•   Potential challenges to consider:

o   Integration of multiple components or technologies (“detection is done”).

o   Effectively maximizing sample concentration and minimizing sample contamination (sample to environmental background).

o   High-quality databases, bioinformatics tools, and assay validation are needed for all technologies.

•   A multidimensional approach is encouraged:

o   Technologies using immunoassays and mass spectrometry are fast; nucleic-acid approaches and genome sequencing can provide specificity and identify novel threats.

o   Orthogonal testing increases the reliability of a BioWatch Actionable Result (BAR) and confidence in the system.

•   Extensive and repeated field testing will be necessary for a detection system.

•   It is important to involve the end user (public health) in system development and testing.

•   The Department of Homeland Security (DHS) was encouraged to look beyond the familiar technologies and development pathways.


In the first of the four sessions, Raymond Mariella, Jr., a senior scientist at Lawrence Livermore National Laboratory (LLNL), provided an overview of his commissioned paper reviewing the state-of-the-art technologies available for detecting organisms using nucleic acid signatures (see Appendix G). The following topics were then discussed by the panelists: lessons that could be learned from other industries in autonomous detection and how those lessons might apply to BioWatch; the evolution of assays to include and exclude various threats; the current state-of-theart system used by the U.S. Postal Service (USPS) and next-generation autonomous detection system based on multiplex polymerase chain reaction (PCR) assays; and systems concepts and integration issues.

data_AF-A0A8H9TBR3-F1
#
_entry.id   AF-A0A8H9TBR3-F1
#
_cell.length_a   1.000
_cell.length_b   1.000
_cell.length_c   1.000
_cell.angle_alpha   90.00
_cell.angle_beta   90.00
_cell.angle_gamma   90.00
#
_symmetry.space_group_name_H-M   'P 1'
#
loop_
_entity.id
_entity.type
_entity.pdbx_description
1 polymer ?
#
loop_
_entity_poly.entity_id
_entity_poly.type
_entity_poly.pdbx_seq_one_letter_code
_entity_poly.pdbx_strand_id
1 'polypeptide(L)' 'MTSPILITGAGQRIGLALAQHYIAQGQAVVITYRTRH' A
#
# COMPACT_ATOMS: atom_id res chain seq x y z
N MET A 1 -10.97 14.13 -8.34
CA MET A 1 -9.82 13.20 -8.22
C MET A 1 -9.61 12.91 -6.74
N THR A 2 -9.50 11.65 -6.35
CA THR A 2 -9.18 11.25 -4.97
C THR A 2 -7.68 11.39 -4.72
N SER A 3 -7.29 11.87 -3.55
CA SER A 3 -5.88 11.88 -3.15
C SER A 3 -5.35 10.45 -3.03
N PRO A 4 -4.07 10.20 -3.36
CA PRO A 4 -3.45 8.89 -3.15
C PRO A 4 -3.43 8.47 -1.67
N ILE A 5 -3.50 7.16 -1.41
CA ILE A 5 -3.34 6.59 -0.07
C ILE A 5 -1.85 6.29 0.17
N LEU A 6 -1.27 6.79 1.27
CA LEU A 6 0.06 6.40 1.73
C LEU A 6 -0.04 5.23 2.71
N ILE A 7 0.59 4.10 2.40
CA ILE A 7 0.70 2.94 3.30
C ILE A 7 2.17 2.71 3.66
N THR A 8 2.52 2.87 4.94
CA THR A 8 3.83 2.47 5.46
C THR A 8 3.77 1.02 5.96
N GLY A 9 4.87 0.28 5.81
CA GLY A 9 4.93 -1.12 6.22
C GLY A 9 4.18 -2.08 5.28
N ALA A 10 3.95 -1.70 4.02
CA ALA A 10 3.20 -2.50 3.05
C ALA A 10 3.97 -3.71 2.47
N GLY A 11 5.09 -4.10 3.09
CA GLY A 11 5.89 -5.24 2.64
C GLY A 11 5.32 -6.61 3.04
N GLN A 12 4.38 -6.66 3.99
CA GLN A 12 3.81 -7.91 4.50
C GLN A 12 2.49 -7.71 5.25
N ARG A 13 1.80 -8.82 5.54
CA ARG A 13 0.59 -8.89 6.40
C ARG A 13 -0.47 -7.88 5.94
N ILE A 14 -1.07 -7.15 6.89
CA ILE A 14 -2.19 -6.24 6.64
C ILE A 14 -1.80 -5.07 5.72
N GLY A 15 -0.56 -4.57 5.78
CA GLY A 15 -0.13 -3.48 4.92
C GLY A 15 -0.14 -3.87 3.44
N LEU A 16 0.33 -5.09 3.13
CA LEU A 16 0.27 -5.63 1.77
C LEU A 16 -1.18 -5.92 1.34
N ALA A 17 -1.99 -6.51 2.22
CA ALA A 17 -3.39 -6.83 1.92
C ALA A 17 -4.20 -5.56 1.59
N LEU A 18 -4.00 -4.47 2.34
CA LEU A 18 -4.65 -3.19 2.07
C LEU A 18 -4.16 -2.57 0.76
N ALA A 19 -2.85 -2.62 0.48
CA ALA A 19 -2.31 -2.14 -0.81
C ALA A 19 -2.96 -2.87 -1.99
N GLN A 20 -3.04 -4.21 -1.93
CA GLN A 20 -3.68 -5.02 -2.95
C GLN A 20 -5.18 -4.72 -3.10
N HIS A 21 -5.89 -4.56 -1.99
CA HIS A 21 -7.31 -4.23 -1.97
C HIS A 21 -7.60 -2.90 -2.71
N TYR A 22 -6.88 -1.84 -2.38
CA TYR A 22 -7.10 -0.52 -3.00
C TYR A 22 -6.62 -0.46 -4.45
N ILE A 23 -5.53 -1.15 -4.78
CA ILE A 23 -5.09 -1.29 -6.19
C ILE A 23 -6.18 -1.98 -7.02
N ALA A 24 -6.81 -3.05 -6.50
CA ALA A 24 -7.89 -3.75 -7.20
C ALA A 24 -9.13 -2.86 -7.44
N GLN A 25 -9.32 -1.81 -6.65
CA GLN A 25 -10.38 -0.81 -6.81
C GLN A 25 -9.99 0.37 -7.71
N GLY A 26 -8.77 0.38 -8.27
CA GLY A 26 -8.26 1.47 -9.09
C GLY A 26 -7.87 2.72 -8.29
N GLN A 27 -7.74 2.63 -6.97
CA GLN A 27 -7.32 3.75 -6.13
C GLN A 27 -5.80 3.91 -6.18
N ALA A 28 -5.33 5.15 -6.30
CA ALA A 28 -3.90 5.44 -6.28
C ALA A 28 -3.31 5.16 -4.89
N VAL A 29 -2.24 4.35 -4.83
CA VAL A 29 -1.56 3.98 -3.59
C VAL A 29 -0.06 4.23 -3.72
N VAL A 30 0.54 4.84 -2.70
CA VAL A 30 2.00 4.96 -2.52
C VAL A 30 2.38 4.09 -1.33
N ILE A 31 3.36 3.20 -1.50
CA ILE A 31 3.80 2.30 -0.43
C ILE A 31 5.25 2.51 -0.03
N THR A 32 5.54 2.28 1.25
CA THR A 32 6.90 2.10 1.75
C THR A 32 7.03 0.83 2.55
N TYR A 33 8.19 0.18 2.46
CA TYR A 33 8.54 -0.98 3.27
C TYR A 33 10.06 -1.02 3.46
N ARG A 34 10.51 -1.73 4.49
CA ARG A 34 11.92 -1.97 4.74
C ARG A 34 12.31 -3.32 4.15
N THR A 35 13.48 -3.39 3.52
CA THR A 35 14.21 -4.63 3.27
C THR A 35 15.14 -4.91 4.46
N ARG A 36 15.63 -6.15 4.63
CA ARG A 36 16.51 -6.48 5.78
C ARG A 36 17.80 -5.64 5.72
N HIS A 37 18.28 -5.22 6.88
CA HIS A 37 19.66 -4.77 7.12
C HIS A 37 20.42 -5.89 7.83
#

Nucleic-Acid Signatures at Three Levels of Readiness

In his interpretation of the three tiers of readiness, Mariella said that any system that would be deployable at TRL 6-plus by 2016 would have

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